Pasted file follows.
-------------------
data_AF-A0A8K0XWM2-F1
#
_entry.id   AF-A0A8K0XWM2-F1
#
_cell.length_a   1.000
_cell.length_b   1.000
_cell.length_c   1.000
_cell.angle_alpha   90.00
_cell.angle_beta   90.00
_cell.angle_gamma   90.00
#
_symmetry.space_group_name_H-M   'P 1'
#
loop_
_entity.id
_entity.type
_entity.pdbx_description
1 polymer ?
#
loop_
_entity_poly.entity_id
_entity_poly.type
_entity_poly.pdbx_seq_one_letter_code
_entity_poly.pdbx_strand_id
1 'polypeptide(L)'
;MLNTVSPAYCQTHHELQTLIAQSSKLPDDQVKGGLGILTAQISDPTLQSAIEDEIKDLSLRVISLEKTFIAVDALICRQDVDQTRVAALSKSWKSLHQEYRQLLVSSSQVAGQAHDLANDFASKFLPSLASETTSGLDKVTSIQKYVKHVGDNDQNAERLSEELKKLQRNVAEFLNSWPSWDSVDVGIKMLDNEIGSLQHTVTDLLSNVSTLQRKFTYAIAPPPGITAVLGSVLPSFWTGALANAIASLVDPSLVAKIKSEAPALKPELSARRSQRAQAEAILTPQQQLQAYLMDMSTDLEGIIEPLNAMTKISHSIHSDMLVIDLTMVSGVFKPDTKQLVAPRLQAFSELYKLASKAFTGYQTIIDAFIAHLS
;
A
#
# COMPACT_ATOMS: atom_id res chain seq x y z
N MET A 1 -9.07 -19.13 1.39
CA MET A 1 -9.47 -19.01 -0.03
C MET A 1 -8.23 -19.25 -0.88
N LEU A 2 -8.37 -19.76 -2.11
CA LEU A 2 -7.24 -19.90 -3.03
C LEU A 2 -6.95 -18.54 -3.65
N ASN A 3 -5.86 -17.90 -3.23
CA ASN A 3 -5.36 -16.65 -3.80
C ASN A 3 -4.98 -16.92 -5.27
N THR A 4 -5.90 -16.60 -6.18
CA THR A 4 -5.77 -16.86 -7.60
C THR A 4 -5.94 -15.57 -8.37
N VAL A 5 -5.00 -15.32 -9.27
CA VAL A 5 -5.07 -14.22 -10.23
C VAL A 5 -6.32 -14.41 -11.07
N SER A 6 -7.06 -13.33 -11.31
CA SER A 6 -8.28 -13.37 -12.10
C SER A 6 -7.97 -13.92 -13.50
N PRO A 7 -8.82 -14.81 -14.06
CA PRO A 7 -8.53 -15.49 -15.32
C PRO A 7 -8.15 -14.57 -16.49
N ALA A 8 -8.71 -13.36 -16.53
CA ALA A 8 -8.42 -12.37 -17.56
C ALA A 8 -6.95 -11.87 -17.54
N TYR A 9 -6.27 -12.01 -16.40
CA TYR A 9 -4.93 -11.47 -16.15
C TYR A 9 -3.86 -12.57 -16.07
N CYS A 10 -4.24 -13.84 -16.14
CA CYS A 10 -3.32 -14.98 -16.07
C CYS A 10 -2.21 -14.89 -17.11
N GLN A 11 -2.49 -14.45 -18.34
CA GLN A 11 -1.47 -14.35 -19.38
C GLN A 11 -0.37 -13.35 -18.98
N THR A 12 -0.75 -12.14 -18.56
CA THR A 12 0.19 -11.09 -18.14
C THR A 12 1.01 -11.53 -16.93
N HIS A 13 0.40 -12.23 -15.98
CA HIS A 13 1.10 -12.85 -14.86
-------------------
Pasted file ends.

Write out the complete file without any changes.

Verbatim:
data_AF-A0A8K0XWM2-F1
#
_entry.id   AF-A0A8K0XWM2-F1
#
_cell.length_a   1.000
_cell.length_b   1.000
_cell.length_c   1.000
_cell.angle_alpha   90.00
_cell.angle_beta   90.00
_cell.angle_gamma   90.00
#
_symmetry.space_group_name_H-M   'P 1'
#
loop_
_entity.id
_entity.type
_entity.pdbx_description
1 polymer ?
#
loop_
_entity_poly.entity_id
_entity_poly.type
_entity_poly.pdbx_seq_one_letter_code
_entity_poly.pdbx_strand_id
1 'polypeptide(L)'
;MLNTVSPAYCQTHHELQTLIAQSSKLPDDQVKGGLGILTAQISDPTLQSAIEDEIKDLSLRVISLEKTFIAVDALICRQDVDQTRVAALSKSWKSLHQEYRQLLVSSSQVAGQAHDLANDFASKFLPSLASETTSGLDKVTSIQKYVKHVGDNDQNAERLSEELKKLQRNVAEFLNSWPSWDSVDVGIKMLDNEIGSLQHTVTDLLSNVSTLQRKFTYAIAPPPGITAVLGSVLPSFWTGALANAIASLVDPSLVAKIKSEAPALKPELSARRSQRAQAEAILTPQQQLQAYLMDMSTDLEGIIEPLNAMTKISHSIHSDMLVIDLTMVSGVFKPDTKQLVAPRLQAFSELYKLASKAFTGYQTIIDAFIAHLS
;
A
#
# COMPACT_ATOMS: atom_id res chain seq x y z
N MET A 1 -9.07 -19.13 1.39
CA MET A 1 -9.47 -19.01 -0.03
C MET A 1 -8.23 -19.25 -0.88
N LEU A 2 -8.37 -19.76 -2.11
CA LEU A 2 -7.24 -19.90 -3.03
C LEU A 2 -6.95 -18.54 -3.65
N ASN A 3 -5.86 -17.90 -3.23
CA ASN A 3 -5.36 -16.65 -3.80
C ASN A 3 -4.98 -16.92 -5.27
N THR A 4 -5.90 -16.60 -6.18
CA THR A 4 -5.77 -16.86 -7.60
C THR A 4 -5.94 -15.57 -8.37
N VAL A 5 -5.00 -15.32 -9.27
CA VAL A 5 -5.07 -14.22 -10.23
C VAL A 5 -6.32 -14.41 -11.07
N SER A 6 -7.06 -13.33 -11.31
CA SER A 6 -8.28 -13.37 -12.10
C SER A 6 -7.97 -13.92 -13.50
N PRO A 7 -8.82 -14.81 -14.06
CA PRO A 7 -8.53 -15.49 -15.32
C PRO A 7 -8.15 -14.57 -16.49
N ALA A 8 -8.71 -13.36 -16.53
CA ALA A 8 -8.42 -12.37 -17.56
C ALA A 8 -6.95 -11.87 -17.54
N TYR A 9 -6.27 -12.01 -16.40
CA TYR A 9 -4.93 -11.47 -16.15
C TYR A 9 -3.86 -12.57 -16.07
N CYS A 10 -4.24 -13.84 -16.14
CA CYS A 10 -3.32 -14.98 -16.07
C CYS A 10 -2.21 -14.89 -17.11
N GLN A 11 -2.49 -14.45 -18.34
CA GLN A 11 -1.47 -14.35 -19.38
C GLN A 11 -0.37 -13.35 -18.98
N THR A 12 -0.75 -12.14 -18.56
CA THR A 12 0.19 -11.09 -18.14
C THR A 12 1.01 -11.53 -16.93
N HIS A 13 0.40 -12.23 -15.98
CA HIS A 13 1.10 -12.85 -14.86